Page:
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Thread: opt out of IR ESA?

  1. #1

    opt out of IR ESA?

    hi everyone - haven't been on here in a while! So I'm a bit confuddled about Income Related ESA when you're on Cont ESA. I'm on Cont ESA but I was sent that form that loads of us were sent to see if I was entitled to an IR back payment? It said to complete it if you had less than £16k so I did so. I had a small back payment but was surprised to find they had then kept on assessing me for IR ESA without me asking them.
    I got an IR top up of £1 something a week due to my savings. Today I got the uprating letter saying that I was entitled to IR amount of £131 minus £18 (for savings) but as that was £113 a week and I qualified for Cont ESA I'd get £114. I thought that meant I was now back on just Cont ESA as IR was less than Cont amount - but I rang them up and they said no - I was still assessed under IR ESA? I'm baffled! Does that mean I don't get any extra monetary benefit from it but would qualify for dental and optician etc? Thing is - I never wanted to get IR assessed! They didn't make it known in that back payment letter that it would be ongoing- life was simpler when I just had Cont ESA - I don't like having to find statements, get them copied and send them in - I just want to be Cont Based ESA as I had been for years! Can I ask that they stop assessing me for IR ESA - I never actually asked for it and my Cont ESA is more than IR anyway? I find it a bit confusing - chap on the phone wouldn't really explain things to me. Anyone help?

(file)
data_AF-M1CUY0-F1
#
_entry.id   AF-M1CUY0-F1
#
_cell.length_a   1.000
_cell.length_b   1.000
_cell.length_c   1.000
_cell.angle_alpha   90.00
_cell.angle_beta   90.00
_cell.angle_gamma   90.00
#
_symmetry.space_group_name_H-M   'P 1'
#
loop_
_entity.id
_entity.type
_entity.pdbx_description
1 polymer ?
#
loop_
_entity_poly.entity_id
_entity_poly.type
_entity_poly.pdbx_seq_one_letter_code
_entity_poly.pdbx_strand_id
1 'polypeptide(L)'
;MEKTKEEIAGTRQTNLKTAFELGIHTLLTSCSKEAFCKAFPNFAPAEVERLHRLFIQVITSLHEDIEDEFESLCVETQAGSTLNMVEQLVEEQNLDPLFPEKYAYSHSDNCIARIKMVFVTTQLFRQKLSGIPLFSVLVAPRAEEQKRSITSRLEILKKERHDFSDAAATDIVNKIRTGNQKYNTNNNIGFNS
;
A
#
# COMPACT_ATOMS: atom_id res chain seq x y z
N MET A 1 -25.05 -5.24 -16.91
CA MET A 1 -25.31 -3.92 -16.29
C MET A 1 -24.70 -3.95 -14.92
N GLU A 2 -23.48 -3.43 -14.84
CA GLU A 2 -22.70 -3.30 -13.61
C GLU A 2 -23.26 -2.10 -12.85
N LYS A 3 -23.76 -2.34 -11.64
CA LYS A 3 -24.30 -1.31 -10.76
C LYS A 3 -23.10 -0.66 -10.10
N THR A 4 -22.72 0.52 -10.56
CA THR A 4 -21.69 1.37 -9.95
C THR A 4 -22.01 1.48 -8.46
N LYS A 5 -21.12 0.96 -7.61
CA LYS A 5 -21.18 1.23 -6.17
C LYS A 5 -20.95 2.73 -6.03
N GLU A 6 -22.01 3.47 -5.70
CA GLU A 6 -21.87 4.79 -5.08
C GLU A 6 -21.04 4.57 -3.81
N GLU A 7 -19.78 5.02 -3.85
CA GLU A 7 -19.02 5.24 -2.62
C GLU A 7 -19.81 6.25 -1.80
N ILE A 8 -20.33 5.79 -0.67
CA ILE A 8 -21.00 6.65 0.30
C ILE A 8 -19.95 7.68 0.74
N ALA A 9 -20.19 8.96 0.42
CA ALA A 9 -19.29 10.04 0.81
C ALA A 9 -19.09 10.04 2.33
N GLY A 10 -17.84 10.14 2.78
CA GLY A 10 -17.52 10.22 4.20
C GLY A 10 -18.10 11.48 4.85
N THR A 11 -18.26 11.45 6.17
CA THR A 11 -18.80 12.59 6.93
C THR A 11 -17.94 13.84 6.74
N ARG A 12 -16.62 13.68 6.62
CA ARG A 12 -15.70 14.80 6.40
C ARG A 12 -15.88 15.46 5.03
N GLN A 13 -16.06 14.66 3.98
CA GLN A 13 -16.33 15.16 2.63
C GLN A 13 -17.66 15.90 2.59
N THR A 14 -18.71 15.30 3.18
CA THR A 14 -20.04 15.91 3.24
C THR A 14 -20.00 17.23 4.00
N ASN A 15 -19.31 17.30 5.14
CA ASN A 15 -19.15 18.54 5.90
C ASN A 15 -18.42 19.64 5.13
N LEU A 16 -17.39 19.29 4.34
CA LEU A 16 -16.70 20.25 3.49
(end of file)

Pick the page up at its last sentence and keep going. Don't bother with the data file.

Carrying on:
Last edited by Cathycat; 15-03-21 at 19:46.

  2. #2
    Senior Member nukecad's Avatar
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    It's not something that you have a choice over, and it's not something the DWP have a choice over either, if you made a claim for 'Old Style' ESA then by law you applied for both CB and IR ESA.
    In your case that was when you transferred from IB. (But it took them a long time to add the IR because of a cock up).

    By law the DWP can't do one without the other - that's why they had to make all those backpayments.

    You would get extra money (you'd get £131) if it wasn't for your savings.
    That's all the very confusing letter is telling you.

    You are simply in the situation where your savings amount to just enough to almost exactly cancel the extra money.
    If your savings go down then you will see an extra pound or two in the ESA. (But if they go up nothing will change).

    And it's only because of those savings that they want to see statements, to make sure that they are paying you correctly.

    And yes, you are still entitled to IR ESA even though it's not being paid, which means that you are entitled to free healthcare including prescriptions, eye tests, and dentristy.
    I'd ask the DWP for a form ESA124 "How your ESA payment was worked out" which clearly shows that you are entitled to IR ESA if you have any problems claiming free prescriptions, etc.
    Last edited by nukecad; 16-03-21 at 17:13.
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  3. #3

    thanks!